Development of geology in the twentieth century

During the twentieth century the skills of the geologist have been in constant demand and the geological profession has in consequence expanded enormously. The technology basic to modern society lays strenuous claim upon all manner of materials locked into the Earth's crust, and the discovery of those materials has become one of the prime tasks of the Earth scientist. As a result of such explorations in all

Comers of the world, understanding of the Earth's structure has recently grown apace. The acquisition of this new knowledge of the Earth has been greatly assisted by the modern ability to view the Earth's surface from afar.

First, aerial photography gave geologists fresh perspectives on the terrestrial configuration, and more recently satellite imagery has revealed patterns in the Earth's structure that would never have been discovered by ground examination. Another important development is the realization that some of the Earth's rocks contain built-in natural chronometers .

It was Lord Rutherford (1871-1937) who in 1905 suggested that newly discovered radioactive properties of certain elements could employed as a key to the measurement of geological time in quantitative terms. The earliest efforts in this field of radiometric dating involved using the known decay rates of uranium and thorium into helium and lead, but today a variety of other methods is employed, allowing a remarkable precision in the dating of many of

the Earth's rocks.

The twentieth century has certainly seen many exciting developments within the Earth sciences, but there is one that transcends all others in its importance : the advent of the plate tectonic theory. The theory's origins go back to the early years of the century. In 1912 Alfred Lothar Wegener (1880-1930) suggested that during the Palaeozoic all the Earth's present continents had been grouped together to form one large supercontinent which he termed Pangaea. During Mesozoic times, he claimed. Pangaea began to break up and the fragments drifted apart to become the world's present continents (Figure 1.1 5 1).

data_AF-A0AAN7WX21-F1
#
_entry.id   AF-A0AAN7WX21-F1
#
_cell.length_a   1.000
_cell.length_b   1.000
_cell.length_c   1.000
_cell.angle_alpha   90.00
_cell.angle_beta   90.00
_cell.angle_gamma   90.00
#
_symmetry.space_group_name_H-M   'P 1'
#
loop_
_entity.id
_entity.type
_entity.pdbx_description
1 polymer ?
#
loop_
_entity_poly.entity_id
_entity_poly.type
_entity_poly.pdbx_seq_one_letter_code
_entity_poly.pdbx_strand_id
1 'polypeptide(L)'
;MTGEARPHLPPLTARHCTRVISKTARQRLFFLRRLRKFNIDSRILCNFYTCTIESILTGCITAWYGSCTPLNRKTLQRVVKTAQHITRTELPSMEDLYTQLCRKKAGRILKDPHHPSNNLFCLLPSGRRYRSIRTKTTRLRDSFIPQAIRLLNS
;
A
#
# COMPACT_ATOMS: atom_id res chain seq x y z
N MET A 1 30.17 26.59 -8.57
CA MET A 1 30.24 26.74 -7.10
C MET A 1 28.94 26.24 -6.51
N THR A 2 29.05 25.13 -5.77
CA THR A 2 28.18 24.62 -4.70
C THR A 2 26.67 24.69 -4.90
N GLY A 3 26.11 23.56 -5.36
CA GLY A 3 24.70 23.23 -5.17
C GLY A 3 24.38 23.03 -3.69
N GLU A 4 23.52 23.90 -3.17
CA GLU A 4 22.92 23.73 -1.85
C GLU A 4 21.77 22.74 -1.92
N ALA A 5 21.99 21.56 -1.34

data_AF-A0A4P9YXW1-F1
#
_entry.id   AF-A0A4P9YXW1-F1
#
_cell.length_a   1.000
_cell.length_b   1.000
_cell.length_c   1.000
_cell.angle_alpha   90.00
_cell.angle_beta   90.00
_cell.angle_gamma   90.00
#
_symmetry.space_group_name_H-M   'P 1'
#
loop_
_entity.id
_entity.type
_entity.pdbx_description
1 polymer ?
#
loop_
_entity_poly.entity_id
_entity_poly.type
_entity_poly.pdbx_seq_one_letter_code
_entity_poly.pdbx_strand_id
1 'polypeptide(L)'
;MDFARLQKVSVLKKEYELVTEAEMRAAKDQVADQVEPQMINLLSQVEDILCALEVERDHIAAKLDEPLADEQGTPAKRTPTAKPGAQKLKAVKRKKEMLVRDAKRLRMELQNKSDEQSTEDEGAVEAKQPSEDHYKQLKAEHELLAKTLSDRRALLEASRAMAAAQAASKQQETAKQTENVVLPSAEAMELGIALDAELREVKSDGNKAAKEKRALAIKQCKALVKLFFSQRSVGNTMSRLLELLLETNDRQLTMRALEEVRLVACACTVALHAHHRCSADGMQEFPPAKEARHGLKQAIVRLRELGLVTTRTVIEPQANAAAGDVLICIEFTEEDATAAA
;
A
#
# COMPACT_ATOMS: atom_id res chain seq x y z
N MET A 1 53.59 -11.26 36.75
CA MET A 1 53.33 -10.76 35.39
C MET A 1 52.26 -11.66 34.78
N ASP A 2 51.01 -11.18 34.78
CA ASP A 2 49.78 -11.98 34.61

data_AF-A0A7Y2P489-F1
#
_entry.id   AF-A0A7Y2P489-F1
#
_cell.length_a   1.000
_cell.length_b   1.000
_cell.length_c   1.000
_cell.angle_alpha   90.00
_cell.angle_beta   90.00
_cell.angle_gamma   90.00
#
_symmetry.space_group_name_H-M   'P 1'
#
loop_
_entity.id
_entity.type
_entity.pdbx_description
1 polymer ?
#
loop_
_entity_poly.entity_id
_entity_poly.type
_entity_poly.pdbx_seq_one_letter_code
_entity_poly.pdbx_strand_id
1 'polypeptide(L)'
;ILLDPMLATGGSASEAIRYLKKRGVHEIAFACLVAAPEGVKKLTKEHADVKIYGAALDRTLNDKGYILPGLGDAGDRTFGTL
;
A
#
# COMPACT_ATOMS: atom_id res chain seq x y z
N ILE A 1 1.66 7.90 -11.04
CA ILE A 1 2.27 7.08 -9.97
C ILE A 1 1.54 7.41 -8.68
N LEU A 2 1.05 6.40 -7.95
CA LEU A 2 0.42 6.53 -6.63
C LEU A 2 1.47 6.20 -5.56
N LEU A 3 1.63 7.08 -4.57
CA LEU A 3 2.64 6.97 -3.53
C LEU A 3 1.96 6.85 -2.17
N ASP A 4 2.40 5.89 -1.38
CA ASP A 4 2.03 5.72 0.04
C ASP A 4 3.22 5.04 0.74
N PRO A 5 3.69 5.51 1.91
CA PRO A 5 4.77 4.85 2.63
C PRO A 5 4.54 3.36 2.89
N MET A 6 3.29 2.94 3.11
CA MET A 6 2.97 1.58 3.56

1.15: Alfred Wegener's maps illustrating his conception of continental drift. The stippled areas are shallow seas. From Alfred Wegener's The Origin of Continents and Oceans (London. 1924)

In support of his theory of continental drift he offered a wide variety of evidence, but few geologists found his thesis convincing. The chief objection was that the geophysicists of the day regarded the Earth as a rigid body and there seemed to be no plausible mechanism that could result in the continents being dragged from their moorings and sent careering off across the face of the globe.

Arthur Holmes ( 1890-1965) did suggest that an appropriate mechanism might be found in convection currents operating within the Earth's mantle, but little attention was paid to his ideas. Attitudes towards continental movement nevertheless began to change in the 1950s when studies in the palaeomagnetism of rocks first suggested that the continents had indeed shifted their positions.

This discovery paved the way for the development in the 1960s of the modern concept of the Earth's surface as consisting of a series of mobile plates. This new and exciting conceptual model has reinvigorated the Earth sciences and encouraged fundamental re-appraisals of a type not witnessed in the Earth sciences since the early yean of the last century.

Strangely modern plate tectonic theory might well have appealed to the cosmogonists of the late seventeenth century. The conception of mobile plates colliding to form mountain ranges, grinding past each other to trigger earthquakes and being subducted to bring oceanic trenches into being seems strangely reminiscent of those catastrophic theories of the Earth of three hundred year ago. But there is a major differente.

Plate movement takes place with Infinite slowness against the vast time Beak of modern geology and not with a cataclysmic suddenness such as had to be invoked m those distant days when the whole of a complex Barth history had to be crammed into the few millennia permitted by

the Old Testament chronology.


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